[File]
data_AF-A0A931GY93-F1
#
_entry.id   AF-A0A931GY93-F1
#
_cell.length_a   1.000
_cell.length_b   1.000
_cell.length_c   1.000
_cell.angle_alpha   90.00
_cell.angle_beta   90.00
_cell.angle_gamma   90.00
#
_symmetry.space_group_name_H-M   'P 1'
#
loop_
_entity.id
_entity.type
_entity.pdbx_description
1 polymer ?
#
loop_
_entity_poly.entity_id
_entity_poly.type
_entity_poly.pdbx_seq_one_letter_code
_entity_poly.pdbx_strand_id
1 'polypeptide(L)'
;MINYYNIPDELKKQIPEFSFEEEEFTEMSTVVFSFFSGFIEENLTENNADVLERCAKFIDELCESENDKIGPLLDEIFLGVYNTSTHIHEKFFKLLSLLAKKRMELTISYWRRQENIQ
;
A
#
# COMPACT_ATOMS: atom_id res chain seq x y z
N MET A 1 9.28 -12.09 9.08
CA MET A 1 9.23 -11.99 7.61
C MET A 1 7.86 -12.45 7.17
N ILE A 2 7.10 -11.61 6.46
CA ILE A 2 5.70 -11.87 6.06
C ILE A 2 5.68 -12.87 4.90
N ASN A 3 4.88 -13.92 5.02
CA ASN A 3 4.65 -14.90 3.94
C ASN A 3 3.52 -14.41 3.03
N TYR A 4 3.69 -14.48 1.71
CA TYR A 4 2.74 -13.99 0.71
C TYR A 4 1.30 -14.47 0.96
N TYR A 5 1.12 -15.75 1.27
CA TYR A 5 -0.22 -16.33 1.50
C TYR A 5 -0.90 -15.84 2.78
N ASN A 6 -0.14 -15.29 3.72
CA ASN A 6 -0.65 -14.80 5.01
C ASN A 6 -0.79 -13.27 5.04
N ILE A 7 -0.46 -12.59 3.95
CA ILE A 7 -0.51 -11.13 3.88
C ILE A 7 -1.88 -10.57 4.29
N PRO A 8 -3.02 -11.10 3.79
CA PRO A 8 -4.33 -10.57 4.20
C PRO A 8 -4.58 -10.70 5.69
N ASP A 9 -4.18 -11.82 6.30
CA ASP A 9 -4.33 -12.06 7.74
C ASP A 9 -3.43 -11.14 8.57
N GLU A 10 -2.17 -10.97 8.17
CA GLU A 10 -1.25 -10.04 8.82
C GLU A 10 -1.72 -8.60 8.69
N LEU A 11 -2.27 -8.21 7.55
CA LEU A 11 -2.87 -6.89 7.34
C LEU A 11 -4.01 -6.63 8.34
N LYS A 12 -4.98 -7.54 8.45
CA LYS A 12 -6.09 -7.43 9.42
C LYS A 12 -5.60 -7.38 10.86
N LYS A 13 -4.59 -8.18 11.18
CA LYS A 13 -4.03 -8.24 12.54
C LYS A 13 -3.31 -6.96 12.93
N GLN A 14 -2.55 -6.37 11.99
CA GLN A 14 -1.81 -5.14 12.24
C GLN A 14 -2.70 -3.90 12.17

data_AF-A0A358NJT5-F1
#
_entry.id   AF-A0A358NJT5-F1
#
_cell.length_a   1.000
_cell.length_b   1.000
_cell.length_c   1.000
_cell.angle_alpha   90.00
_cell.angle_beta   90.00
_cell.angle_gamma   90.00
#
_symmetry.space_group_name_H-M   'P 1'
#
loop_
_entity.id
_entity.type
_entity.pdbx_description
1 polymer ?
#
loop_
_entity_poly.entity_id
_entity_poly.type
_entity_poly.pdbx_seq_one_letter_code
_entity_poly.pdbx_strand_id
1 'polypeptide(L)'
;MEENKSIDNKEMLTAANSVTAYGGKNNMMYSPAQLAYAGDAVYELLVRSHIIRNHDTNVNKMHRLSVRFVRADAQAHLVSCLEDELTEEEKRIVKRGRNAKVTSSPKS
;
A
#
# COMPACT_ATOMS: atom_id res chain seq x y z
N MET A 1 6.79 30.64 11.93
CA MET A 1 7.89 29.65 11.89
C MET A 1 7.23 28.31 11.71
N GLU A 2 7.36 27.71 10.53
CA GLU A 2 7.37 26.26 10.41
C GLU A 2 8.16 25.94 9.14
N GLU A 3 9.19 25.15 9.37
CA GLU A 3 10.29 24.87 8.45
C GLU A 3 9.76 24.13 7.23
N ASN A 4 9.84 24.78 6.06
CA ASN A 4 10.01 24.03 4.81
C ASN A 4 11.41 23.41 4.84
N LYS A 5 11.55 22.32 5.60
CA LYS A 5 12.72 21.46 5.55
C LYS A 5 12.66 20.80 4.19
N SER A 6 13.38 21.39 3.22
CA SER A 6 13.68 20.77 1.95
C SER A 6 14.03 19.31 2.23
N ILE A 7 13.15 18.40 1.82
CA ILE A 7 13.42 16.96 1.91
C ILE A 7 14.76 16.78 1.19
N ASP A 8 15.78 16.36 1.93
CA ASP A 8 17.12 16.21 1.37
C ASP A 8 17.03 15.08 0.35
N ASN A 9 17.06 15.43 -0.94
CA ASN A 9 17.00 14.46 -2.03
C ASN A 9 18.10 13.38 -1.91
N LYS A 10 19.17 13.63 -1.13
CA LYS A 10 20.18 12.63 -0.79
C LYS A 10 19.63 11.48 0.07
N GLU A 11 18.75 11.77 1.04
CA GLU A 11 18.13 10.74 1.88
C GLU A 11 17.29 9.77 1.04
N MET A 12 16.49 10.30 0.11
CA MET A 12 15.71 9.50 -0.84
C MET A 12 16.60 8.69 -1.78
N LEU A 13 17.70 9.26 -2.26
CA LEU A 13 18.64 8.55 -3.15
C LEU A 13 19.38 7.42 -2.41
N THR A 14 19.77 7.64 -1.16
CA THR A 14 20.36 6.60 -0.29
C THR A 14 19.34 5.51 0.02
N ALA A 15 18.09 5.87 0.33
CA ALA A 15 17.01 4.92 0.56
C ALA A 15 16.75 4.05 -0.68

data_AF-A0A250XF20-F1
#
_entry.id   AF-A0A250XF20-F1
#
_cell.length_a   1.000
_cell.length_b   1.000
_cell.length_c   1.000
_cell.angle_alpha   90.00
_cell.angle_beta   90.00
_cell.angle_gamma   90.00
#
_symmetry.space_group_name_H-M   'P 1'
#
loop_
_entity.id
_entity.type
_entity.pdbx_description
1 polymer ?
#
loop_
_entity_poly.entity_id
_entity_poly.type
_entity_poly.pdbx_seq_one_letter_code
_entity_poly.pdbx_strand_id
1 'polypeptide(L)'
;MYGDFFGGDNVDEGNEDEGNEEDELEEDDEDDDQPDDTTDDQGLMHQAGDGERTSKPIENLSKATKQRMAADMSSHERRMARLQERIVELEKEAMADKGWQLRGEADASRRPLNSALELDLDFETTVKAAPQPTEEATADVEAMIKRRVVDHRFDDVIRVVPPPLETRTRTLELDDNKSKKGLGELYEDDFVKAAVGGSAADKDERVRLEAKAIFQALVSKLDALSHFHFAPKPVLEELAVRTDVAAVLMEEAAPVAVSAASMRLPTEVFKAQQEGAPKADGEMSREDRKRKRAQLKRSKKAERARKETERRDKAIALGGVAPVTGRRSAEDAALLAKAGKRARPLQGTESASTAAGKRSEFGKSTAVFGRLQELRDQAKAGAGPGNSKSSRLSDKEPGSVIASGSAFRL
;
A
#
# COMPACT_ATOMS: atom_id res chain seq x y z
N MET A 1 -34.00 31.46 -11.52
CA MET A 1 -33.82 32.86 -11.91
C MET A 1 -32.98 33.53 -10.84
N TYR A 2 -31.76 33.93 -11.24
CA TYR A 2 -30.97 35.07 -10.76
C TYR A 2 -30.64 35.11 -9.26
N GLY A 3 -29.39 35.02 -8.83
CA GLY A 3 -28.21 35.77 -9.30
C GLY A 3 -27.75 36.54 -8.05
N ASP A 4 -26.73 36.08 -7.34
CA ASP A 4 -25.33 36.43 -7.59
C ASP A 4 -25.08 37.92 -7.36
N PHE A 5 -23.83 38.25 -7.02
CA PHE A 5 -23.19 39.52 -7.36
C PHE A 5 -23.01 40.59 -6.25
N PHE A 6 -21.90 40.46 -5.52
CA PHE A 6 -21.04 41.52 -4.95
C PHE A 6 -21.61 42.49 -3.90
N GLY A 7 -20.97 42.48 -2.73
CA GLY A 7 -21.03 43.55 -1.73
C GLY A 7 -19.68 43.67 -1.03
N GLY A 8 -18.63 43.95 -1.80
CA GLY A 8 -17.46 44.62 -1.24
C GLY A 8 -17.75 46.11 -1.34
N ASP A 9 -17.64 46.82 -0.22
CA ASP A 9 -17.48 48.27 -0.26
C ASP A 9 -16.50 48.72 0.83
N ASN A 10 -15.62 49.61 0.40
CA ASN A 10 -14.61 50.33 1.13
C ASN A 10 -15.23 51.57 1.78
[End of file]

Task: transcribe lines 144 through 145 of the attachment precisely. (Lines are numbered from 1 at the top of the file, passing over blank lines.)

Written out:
C THR A 14 19.34 5.51 0.02
N ALA A 15 18.09 5.87 0.33